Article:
The Bears made a long-term commitment to one of their most valuable players Friday, signing kicker Robbie Gould to a four-year contract extension through the 2017 season.
Speaking to reporters, Gould thanked the McCaskey family and the Bears organization, singling out president and CEO Ted Phillips, general manager Phil Emery and contract negotiator Cliff Stein.
"This is an awesome opportunity," Gould said. "This is a special day for a lot of reasons. I thought it was important that I remain a Bear. It means a lot for my career. It means a lot to be able to do some things down the road individually, but also if I'm going to hold a trophy up, I want to hold it up with the Chicago Bears.
Although he was due to become a free agent in March, Gould concluded that he wanted to remain with the Bears after speaking to some retired players and longtime teammates.
"I really love the organization," Gould said. "I really love the city. I love being a Chicago Bear. I enjoy putting the uniform on every Sunday or Monday night or Thursday night or whenever we're playing. It means a lot. It means a lot to be in one jersey."
Gould is the third most accurate kicker in NFL history, having made 86.0 percent of his field goal attempts (234 of 272) since joining the Bears in 2005. This season he has tied his own team record for accuracy at 89.7 percent, making 26 of 29 tries just as he did in 2008.
Gould's 58-yarder in this year's season-opening victory over the Bengals broke his own team mark for the longest field goal in Bears history, and his 38-yarder in overtime Nov. 17 versus the Ravens was the 11th game-winning kick of his career.
In announcing the signing, Emery lauded Gould as both a player and a person, citing the two trips he coordinated to aid victims of the tornados that ravaged the state of Illinois Nov. 17. Emery called Gould "a treasure in terms of what he does for charity and his community work" and described the kicker as an ideal example of a Bears player showing excellence on and off the field.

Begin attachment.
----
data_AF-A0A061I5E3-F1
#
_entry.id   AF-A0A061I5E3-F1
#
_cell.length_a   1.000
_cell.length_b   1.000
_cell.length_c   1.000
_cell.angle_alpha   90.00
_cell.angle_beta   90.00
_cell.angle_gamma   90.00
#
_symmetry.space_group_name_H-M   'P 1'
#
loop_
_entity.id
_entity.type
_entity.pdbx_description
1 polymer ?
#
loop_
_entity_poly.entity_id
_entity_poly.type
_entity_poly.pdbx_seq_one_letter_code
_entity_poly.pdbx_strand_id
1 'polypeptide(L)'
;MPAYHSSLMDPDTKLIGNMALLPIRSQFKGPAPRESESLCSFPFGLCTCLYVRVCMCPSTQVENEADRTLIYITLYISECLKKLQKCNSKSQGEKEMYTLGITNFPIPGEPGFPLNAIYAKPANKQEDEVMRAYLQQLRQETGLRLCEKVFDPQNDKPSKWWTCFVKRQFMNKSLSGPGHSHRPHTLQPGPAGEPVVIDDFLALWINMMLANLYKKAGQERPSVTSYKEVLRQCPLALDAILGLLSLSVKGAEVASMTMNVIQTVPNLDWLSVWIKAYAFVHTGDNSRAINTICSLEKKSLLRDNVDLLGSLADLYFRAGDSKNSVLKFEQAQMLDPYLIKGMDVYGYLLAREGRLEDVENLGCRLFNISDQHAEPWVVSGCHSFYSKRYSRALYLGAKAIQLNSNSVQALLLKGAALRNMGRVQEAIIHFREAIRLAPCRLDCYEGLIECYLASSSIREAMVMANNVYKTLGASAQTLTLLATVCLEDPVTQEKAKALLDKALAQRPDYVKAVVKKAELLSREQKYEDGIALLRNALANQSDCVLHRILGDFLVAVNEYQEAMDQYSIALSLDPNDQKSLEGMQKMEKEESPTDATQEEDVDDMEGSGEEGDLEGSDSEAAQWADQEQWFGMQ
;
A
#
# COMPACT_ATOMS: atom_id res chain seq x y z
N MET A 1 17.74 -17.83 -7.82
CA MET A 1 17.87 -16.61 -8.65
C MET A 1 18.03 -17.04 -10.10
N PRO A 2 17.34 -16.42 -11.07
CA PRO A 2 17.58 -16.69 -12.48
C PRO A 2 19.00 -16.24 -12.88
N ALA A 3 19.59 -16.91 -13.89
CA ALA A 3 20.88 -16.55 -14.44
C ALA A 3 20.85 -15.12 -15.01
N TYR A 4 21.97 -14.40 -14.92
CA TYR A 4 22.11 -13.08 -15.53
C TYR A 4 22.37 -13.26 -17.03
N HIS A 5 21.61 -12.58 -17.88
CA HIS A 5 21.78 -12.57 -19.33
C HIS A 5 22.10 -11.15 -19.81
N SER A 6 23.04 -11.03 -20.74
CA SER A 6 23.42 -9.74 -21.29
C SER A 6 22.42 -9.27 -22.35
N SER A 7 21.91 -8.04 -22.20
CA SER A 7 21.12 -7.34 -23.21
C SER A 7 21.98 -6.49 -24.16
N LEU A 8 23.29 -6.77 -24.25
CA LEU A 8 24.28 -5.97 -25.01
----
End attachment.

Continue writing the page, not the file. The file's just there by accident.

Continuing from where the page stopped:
Gould's seven seasons with at least 100 points are the most in team history. Signing the contract extension should enable him to become the Bears' all-time leading scorer. He currently ranks second with 1,021 points, trailing Kevin Butler (1,116) by 95 points.
"It's going to be pretty special," Gould said. "Kevin Butler and I always talk about those scenarios. I hope that when those records come up, I would love for him to be on the sideline or at the game so I could share that moment with him because I know how hard it is to hold that record."
Gould thanked former coaches Dave Toub and Kevin O'Dea, former teammate Brad Maynard, and current teammates Patrick Mannelly and Adam Podlesh for his success. The Penn State product also vowed to continue to approach his job with the same mentality.
"I've always come in here [thinking] I'm going to be the best that's ever played the game and I'm going to leave the best that's ever played the game." Gould said. "If you have that kind of attitude, you're going to be successful and hopefully that rubs off on some of the younger guys.
"Just because I sign a contract today doesn't mean that work ethic's going to end. I'm just as excited to continue my career as a Chicago Bear and hopefully it continues to be as successful as it's been with the help of so many guys."
Gould is the first Bears player to sign an extension during the 2013 season. Nearly 30 of his teammates are due to become free agents in March, which figures to make for a busy offseason.
Emery said at the start of training camp that the Bears likely would not re-sign any of their players until after the season because they had very little cap room and didn't want to detract from the focus of trying to win a championship. But he didn't rule out the possibility entirely.
The Bears used most of the emergency funds they had set aside to add players in the event of injuries during the season, but still had enough room to sign Gould.
"We were very open the last couple weeks of internally discussing the possibility of signing at least one player if we could find somebody that would fit into that equation," Emery said.